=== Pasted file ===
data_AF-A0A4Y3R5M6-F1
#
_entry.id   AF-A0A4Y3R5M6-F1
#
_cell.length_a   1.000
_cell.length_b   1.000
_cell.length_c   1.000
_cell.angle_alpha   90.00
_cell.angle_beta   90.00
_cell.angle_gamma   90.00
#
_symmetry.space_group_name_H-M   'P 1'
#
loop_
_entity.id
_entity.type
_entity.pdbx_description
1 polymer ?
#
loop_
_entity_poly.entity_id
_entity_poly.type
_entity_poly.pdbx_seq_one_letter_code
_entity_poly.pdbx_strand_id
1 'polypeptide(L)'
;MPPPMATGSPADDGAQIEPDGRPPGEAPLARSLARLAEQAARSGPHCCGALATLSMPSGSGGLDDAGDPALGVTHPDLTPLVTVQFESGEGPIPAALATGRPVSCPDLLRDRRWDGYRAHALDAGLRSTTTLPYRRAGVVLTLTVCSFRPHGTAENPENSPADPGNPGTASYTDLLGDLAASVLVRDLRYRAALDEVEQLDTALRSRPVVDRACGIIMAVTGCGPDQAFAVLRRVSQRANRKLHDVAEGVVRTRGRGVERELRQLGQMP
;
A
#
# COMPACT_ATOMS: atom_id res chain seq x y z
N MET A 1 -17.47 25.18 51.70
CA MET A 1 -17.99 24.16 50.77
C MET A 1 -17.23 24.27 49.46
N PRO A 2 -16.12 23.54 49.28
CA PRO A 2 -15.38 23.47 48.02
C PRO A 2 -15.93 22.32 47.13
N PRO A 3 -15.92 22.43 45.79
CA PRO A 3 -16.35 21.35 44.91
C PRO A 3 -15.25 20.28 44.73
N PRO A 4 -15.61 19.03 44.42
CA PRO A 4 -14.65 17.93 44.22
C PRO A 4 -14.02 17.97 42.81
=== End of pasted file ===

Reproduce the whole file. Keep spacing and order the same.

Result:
data_AF-A0A4Y3R5M6-F1
#
_entry.id   AF-A0A4Y3R5M6-F1
#
_cell.length_a   1.000
_cell.length_b   1.000
_cell.length_c   1.000
_cell.angle_alpha   90.00
_cell.angle_beta   90.00
_cell.angle_gamma   90.00
#
_symmetry.space_group_name_H-M   'P 1'
#
loop_
_entity.id
_entity.type
_entity.pdbx_description
1 polymer ?
#
loop_
_entity_poly.entity_id
_entity_poly.type
_entity_poly.pdbx_seq_one_letter_code
_entity_poly.pdbx_strand_id
1 'polypeptide(L)'
;MPPPMATGSPADDGAQIEPDGRPPGEAPLARSLARLAEQAARSGPHCCGALATLSMPSGSGGLDDAGDPALGVTHPDLTPLVTVQFESGEGPIPAALATGRPVSCPDLLRDRRWDGYRAHALDAGLRSTTTLPYRRAGVVLTLTVCSFRPHGTAENPENSPADPGNPGTASYTDLLGDLAASVLVRDLRYRAALDEVEQLDTALRSRPVVDRACGIIMAVTGCGPDQAFAVLRRVSQRANRKLHDVAEGVVRTRGRGVERELRQLGQMP
;
A
#
# COMPACT_ATOMS: atom_id res chain seq x y z
N MET A 1 -17.47 25.18 51.70
CA MET A 1 -17.99 24.16 50.77
C MET A 1 -17.23 24.27 49.46
N PRO A 2 -16.12 23.54 49.28
CA PRO A 2 -15.38 23.47 48.02
C PRO A 2 -15.93 22.32 47.13
N PRO A 3 -15.92 22.43 45.79
CA PRO A 3 -16.35 21.35 44.91
C PRO A 3 -15.25 20.28 44.73
N PRO A 4 -15.61 19.03 44.42
CA PRO A 4 -14.65 17.93 44.22
C PRO A 4 -14.02 17.97 42.81